Oregon Coast State Park Fire Update; NASA Sees Coast Fires from Space
Published 08/04/2015 at 5:25 AM PDT - Updated: 08/04/2015 at 6:25 PM PDT
(Warrenton, Oregon) – UPDATED:
The grass fire at Fort Stevens State Park on the north Oregon coast has grown to 27 acres Tuesday, although authorities say it closing in on being contained.
No structures have been threatened, and no evacuations were issued for the campground, which is still about two miles from the flames. Smoke is still seen billowing for miles around.
Meanwhile, on the southern Oregon coast, major fires in the coast range there have been picked up satellite and some startling images were released by NASA on Monday. (Above: image credit NASA Goddard's MODIS Rapid Response Team, Jeff Schmaltz.)
A beach grass started raging Monday evening at Fort Stevens State Park on the north Oregon coast. Smoke from that fire was visible for tens of miles all over the north Oregon coast, including as far south as Seaside. Authorities say it started in an area with brush and trees on the northern area, closer to the sections of the park along the Columbia River. However, southern beach accesses, such as those near the wreck of the Peter Iredale, have been closed to keep them open for firefighters.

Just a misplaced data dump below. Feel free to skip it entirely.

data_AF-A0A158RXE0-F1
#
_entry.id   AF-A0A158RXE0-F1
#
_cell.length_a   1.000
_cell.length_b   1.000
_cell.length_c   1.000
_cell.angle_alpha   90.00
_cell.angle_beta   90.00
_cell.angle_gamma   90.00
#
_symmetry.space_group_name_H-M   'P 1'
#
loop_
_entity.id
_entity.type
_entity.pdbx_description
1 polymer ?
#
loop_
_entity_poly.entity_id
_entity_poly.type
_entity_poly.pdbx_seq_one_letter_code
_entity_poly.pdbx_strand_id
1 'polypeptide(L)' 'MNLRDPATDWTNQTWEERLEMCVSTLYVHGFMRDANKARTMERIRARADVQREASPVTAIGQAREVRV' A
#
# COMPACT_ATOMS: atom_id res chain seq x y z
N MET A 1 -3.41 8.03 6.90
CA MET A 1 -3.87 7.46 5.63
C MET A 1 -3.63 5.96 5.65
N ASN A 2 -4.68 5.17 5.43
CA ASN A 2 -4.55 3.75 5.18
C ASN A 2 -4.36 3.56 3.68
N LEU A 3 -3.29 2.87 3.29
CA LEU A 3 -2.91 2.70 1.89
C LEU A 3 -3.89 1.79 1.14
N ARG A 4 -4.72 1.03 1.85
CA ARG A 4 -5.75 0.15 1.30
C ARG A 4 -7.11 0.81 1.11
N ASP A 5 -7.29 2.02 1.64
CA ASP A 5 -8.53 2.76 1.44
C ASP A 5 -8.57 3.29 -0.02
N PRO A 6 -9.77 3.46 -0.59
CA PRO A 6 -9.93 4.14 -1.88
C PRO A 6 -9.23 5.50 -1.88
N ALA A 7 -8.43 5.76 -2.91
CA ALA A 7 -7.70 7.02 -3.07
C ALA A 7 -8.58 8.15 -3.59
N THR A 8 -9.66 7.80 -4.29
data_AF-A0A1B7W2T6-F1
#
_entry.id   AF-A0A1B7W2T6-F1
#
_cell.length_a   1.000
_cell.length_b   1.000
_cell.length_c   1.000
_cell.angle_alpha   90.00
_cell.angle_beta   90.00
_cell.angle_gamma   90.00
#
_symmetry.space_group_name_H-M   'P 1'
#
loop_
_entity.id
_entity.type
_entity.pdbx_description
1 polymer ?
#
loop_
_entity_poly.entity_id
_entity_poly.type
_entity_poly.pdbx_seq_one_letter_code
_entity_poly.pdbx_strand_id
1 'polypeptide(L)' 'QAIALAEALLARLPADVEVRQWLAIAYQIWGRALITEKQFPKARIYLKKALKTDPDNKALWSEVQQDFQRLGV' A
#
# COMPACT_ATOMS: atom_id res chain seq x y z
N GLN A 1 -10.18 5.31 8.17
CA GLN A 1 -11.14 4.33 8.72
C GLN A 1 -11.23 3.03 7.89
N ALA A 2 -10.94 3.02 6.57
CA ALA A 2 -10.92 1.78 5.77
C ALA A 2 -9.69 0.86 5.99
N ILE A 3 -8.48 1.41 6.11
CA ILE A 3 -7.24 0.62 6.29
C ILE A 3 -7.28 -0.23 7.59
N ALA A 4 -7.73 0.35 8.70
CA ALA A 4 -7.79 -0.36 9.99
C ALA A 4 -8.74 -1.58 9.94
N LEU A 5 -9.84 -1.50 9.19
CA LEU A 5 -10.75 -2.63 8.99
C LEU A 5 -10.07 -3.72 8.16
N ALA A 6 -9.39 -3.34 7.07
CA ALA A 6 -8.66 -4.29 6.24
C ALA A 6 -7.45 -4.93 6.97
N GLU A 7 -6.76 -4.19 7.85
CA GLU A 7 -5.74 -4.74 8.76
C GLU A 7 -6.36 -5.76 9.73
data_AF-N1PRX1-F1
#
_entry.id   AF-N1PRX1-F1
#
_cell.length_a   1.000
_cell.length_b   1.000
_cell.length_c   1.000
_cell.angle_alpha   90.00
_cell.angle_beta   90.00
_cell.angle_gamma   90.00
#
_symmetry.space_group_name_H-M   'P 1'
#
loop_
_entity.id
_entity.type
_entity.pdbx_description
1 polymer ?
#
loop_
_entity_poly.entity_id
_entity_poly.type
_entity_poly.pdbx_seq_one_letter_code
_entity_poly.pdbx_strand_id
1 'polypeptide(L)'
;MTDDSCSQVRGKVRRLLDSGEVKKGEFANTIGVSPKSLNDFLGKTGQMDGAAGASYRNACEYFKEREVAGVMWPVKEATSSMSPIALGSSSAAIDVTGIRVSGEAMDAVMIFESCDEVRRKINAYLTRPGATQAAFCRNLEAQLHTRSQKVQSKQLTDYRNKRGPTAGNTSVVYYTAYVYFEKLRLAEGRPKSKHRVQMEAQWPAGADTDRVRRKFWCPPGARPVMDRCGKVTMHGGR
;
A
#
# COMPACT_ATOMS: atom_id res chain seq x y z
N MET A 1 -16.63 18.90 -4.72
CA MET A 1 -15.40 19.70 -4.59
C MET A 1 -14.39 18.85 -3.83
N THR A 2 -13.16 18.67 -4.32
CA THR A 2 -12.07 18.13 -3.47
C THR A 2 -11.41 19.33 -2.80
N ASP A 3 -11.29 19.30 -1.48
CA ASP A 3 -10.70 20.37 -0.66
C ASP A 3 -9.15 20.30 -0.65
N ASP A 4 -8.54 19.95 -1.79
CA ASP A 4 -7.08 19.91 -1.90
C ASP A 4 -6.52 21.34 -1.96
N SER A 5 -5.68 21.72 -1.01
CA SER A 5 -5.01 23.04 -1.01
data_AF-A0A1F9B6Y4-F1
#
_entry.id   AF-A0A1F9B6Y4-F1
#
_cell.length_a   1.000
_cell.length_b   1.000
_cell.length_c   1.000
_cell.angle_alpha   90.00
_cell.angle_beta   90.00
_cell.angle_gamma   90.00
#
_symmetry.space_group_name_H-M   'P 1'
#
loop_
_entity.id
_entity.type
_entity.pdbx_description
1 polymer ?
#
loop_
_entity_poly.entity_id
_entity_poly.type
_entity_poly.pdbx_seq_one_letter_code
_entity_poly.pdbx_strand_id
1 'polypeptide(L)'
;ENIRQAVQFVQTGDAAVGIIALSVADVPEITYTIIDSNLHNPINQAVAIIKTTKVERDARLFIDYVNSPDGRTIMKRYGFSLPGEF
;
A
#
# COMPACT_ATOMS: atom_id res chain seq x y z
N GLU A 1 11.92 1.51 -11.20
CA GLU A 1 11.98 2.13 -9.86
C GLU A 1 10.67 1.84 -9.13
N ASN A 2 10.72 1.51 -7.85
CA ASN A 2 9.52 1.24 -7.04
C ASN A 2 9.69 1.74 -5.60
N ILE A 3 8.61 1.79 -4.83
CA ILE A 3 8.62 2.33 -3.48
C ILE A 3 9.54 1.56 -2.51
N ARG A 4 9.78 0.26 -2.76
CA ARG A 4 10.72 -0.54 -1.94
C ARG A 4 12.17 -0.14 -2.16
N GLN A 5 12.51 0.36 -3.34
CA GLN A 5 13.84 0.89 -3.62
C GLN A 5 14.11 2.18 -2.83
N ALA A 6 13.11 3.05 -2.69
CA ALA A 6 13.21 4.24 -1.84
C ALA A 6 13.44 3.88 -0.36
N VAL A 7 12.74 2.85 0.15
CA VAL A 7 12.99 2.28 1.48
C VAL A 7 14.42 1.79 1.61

Helicopters from the Oregon Department of Forestry have joined the fight at Fort Stevens, along with at least 40 firefighters.
Closer to the southern Oregon coast, two fires on the western side of the southern coast range were visible by satellite in dramatic fashion, seen by NASA images released Monday.
NASA's Aqua satellite captured the Cable Crossing Fire, Stouts Fire and the Potter Mountain Complex Fire in the Deschutes Forest over the weekend. The satellite utilized the Moderate Resolution Imaging Spectroradiometer (MODIS) instrument to photograph them, allowing the public to see smoke from the three fires commingling and drifting off towards Brookings.
On the spookier side, the intense red lines turn out not to be image alterations by NASA, circling the areas to point out the source of the smoke. Rob Gutro, NASA's Goddard Space Flight Center, explained what was really happening.
“The multiple red pixels are heat signatures detected by MODIS,” Gutro said. “The smoke appears to be a light brown color.”
The satellite program coordinates with InciWeb, an interagency all-risk incident information management system that coordinates with federal, state and local agencies to manage wildfires.
More on the Warrenton, Fort Stevens Area below, and at the Astoria, Warrenton Virtual Tour, Map.
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